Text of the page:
The british ceo who spoke to korean consumers—in korean
In November 2003, struggling Korean automaker GM Daewoo launched a series of television commercials aimed at boosting its sales in Korea. Among other challenges, the company was fighting a public perception problem. Its two main competitors in the Korean market, Hyundai Motor and Kia Motors, were homegrown Korean firms. GM Daewoo, on the other hand, was owned mostly by U.S. automaker General Motors. Polls revealed that the average Korean consumer viewed the company as an outsider with a questionable commitment to the Korean market. The company needed a publicity campaign to establish itself as a “real” Korean firm.
Nick Reilly, the company’s British-born CEO, took the GM Daewoo message to the Korean public. His appearance in Korean television commercials made national news in Korea, and reverberated throughout the global automotive industry. He was, of course, not the first automotive CEO to appear on TV. Jacques Nasser, Lee Iacocca, and several members of the Ford clan have also stepped down from the CEO’s pedestal to directly pitch their company’s wares to consumers.
Nick Reilly’s television appearances made news because the CEO addressed viewers in Korean. Using their own language, Reilly expressed the company’s commitment to Korea, and its desire to be accepted as a truly “Korean” automaker.
Japanese executives from Toyota and Honda regularly address American audiences in English (and Mexican audiences Spanish, etc.) –but this doesn’t make the news. Korean is an especially challenging language; but the reporters who showered so much attention on Reilly’s publicity campaign did not focus on the relative difficulty of the Korean language. The commercials made the news because a high-ranking manager from the English-speaking world was displaying real competency in a foreign language. The Korean-language commercials would likely have been deemed less newsworthy if the GM Daewoo CEO would have been a German or a Japanese national.
Nick Reilly’s Korean television commercials prove that a native English-speaker need not be a professional linguist in order to competently handle a foreign language. Moreover, there is clear evidence that the corporate world values foreign language skills. (Otherwise, U.S. multinationals would not hire so many of the foreign-born educated elite.) Therefore, the next logical question is: Why don’t more American businesspersons learn a foreign language?
“But a Language Isn’t A Business Skill.”
I recall from my undergraduate days a subtle sense of competition that existed between the liberal arts colleges and the business/technical schools. My friends who were liberal arts majors regarded subjects like accounting as hopelessly dry and uninspiring. Business and technical students, meanwhile, dismissed liberal arts courses as impractical annoyances—useful only for fulfilling general studies requirements.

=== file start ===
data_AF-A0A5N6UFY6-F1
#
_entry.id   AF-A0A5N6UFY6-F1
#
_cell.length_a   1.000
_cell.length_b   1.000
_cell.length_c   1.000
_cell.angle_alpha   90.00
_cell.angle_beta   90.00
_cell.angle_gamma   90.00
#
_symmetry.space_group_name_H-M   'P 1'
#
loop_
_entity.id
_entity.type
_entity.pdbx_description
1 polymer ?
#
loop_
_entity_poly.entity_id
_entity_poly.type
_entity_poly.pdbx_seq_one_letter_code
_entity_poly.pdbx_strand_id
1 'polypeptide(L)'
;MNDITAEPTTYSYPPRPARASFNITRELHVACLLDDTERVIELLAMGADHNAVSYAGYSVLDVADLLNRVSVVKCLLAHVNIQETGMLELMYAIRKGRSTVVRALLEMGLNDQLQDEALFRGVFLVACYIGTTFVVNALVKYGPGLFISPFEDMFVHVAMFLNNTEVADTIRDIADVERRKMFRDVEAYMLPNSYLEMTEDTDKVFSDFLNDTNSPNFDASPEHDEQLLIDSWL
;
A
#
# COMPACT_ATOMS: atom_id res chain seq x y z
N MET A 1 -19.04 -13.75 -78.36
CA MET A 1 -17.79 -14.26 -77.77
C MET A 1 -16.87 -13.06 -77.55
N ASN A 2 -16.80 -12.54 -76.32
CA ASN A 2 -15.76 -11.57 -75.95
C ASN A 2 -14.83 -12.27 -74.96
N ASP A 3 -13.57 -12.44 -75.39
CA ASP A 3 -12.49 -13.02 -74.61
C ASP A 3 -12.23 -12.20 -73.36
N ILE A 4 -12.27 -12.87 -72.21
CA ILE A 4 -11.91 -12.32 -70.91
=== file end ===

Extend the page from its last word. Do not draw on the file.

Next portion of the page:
American managers who resist learning languages often assert that “a foreign language isn’t really a business skill.” The irony is that they are right—and profoundly wrong—at the same time. A foreign language isn’t a technical business skill—like calculating present value or deciphering an income statement. A foreign language is a basic competence—more akin to literacy or arithmetic skills than to advanced financial analysis.
Here is another way to look at it: If your work involves the Mexican market and you don’t speak Spanish, then your inability to speak the language prevents you from performing basic tasks. Spanish proficiency, as a skill, is arguably distinct from the skills acquired in an MBA program. But this distinction is irrelevant in the real world. A person working at a professional level in the Mexican market should be able to speak Spanish. This is especially true if the job involves extensive communication and cooperation with others.
Hearts and Minds
Although Nick Reilly’s training in the Korean language might be a story in itself, the important question is: why did the company choose to have Reilly address the Korean public in Korean? From a purely utilitarian standpoint, this wasn’t necessary—and certainly not efficient. Nick Reilly could have appeared in the commercial speaking English, and they could have dubbed a voiceover by a native Korean-speaker. Subtitles could have been used. For that matter, the company could have allowed one of their Korean executives to appear in the commercial, thereby avoiding any tinge of “foreignness.”
Nick Reilly appeared in the commercial because a British CEO who speaks Korean symbolized the company’s commitment to the Korean market more effectively than Korean subtitles, voiceovers, or a Korean-born representative. As is often the case where language is concerned, it was much more than a simple matter of translation.
Foreign language skills allow you to identify more closely with others. The link between language and identity continues to be strong, even in the globalized 21st century. Polls in Russia indicate that businesspersons resent foreigners who want to do business in Russia but refuse to learn the language. (In Chapter 8, we read about a young American who refused to stand for the Pledge of Allegiance when it was delivered in a language other than English.) Two of the world’s main religions—Judaism and Islam—maintain a strong link between their faith and specific languages (Hebrew and Arabic, respectively).
While a language does not guarantee personal rapport, it can often be the first step to identifying with your audience. When we Americans meet a person abroad who speaks our language, we often assume that they have a knowledge of and appreciation for the United States. When we go to the trouble of learning another language, non-English-speakers give us the same benefit of the doubt.